How do you do that? you ask. Well, this is your lucky day. I taught a Craftsy class on Mastering Foundation Crochet Stitches. In it, I explain all this, and more! All about Foundation Stitches and Foundation Stitch patterns. When you enroll, you get 7 lessons on Foundation Stitches, and directions on how to make them, and patterns and stitch diagrams for different Foundation Stitch patterns. You also get to watch the class as many times as you want - you can ask me questions and I'll answer, you can join in discussions, you can post pictures of your projects, and you will come away learning all about Foundation Stitches. Your class is yours, forever! And, because you're reading my post, I'm going to give you a 50% off link to the class. Here it is:





 Oh, here are two pictures of projects in the class - patterns are included in the class materials:

A Granny Rectangle Tote:


 You notice the tote - each round is a different color yarn. I wove in all the ends, just for you! The way to start the tote is with a Foundation Stitch pattern that's super easy! You'll be able to use it for many patterns and projects. 

And a Basket:



This was worked with 2 strands of yarn throughout - so there were 4 ends to weave in. Not too bad! (The Foundation Stitches are worked for the handles.)

Well, I could write more and more about Foundation Stitches, but I know you are anxious to get on to the next step on the Blog Tour. So - I'll write some more about Foundation Stitches soon, in another post. Keep checking back.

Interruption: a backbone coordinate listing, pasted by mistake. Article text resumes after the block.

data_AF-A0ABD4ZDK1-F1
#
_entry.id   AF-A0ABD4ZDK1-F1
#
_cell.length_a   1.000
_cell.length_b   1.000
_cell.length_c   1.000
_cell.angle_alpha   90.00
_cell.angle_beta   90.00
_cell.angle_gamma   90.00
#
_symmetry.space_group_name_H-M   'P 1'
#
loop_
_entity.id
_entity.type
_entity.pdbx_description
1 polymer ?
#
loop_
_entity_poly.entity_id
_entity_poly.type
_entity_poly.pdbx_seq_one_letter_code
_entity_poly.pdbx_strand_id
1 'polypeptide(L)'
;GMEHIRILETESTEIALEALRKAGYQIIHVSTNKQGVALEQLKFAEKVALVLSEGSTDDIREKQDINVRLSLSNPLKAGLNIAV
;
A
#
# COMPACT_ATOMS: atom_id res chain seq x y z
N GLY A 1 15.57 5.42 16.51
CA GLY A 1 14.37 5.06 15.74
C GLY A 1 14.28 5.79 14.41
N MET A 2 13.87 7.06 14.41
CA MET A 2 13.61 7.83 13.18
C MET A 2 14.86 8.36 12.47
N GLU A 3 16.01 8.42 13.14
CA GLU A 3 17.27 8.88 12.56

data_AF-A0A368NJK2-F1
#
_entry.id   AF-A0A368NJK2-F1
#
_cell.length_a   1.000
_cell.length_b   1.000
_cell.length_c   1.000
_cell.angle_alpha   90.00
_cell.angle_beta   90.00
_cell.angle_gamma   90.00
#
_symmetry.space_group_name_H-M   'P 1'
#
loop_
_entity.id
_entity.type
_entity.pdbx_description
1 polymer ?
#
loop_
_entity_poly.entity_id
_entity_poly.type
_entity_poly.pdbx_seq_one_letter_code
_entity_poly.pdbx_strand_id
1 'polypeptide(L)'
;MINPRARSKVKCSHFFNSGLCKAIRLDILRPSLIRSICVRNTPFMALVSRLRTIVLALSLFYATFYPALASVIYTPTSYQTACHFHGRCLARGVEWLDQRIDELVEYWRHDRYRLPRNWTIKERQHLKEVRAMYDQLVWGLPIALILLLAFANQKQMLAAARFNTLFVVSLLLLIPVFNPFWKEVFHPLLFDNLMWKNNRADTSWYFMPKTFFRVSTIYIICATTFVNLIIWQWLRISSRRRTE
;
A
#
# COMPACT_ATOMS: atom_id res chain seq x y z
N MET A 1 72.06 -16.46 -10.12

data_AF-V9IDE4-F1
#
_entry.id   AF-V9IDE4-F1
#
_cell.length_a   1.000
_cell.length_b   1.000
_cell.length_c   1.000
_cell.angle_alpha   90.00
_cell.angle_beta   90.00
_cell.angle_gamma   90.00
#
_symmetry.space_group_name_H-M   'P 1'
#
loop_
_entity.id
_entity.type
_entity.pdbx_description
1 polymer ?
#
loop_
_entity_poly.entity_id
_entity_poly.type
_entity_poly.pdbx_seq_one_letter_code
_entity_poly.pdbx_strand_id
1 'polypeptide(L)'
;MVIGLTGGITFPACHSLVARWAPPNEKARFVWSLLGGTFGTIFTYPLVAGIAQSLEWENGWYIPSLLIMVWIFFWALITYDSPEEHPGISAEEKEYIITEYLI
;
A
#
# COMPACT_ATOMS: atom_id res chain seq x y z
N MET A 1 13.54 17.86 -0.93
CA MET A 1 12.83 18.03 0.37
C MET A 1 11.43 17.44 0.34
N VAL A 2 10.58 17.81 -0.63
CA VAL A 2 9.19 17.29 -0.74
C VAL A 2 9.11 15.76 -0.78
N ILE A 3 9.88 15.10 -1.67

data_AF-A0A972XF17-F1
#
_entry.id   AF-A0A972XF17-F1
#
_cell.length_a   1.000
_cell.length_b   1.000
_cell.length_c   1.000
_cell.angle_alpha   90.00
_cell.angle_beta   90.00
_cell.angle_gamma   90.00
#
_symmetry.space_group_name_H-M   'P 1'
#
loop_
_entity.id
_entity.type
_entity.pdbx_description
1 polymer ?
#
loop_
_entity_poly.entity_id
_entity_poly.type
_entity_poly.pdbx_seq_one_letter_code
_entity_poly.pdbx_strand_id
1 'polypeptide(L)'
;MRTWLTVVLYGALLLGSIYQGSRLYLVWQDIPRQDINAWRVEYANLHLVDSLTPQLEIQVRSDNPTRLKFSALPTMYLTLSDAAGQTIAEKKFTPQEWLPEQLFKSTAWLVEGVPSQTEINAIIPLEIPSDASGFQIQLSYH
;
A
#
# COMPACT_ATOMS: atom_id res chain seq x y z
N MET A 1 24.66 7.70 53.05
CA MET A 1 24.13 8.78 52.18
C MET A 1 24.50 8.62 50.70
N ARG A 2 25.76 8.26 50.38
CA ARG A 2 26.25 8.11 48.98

Meanwhile, don't forget to check the other designers on the tour today, and thank you for visiting with me! Hope to see you in class!
And thank you to Amy and Donna for arranging this great blog tour!

5 comments:

Theresa Pearson said...

I agree! It was life-changing (well, crochet life-changing) when I discovered the foundation stitches. Great post, thank you!

Liz Ray said...

Thank you so much for celebrating NatCroMo 2016 with this great offer on your foundation stitch class! I've been a fan of yours and fscs for a while. I'm excited to add and adapt these new-to-me techniques to my crochet repertoire!

I also love that you are willing to share your opinions on some of the less fun aspects of crochet. Thanks for that, too!

Marty Miller said...

Thank you, all! I love letting people know about, and teaching more about Foundation stitches.

Anita Hawkins said...

Another bonus when starting with foundation stitches: if your piece will be worked in the round, and instructions after the starting chain say "join, being careful not to twist" it's SO much easier! With foundation stitches, your starting row/round is flat like a ribbon, and any accidental twist is obvious. With a starting chain, that twist is nearly invisible, and discovering it after a full round into, say, 278 chains... is another of those things to dislike. Best to never let it happen!

Marty Miller said...

You're absolutely right! That's another reason why Foundation stitches are so great!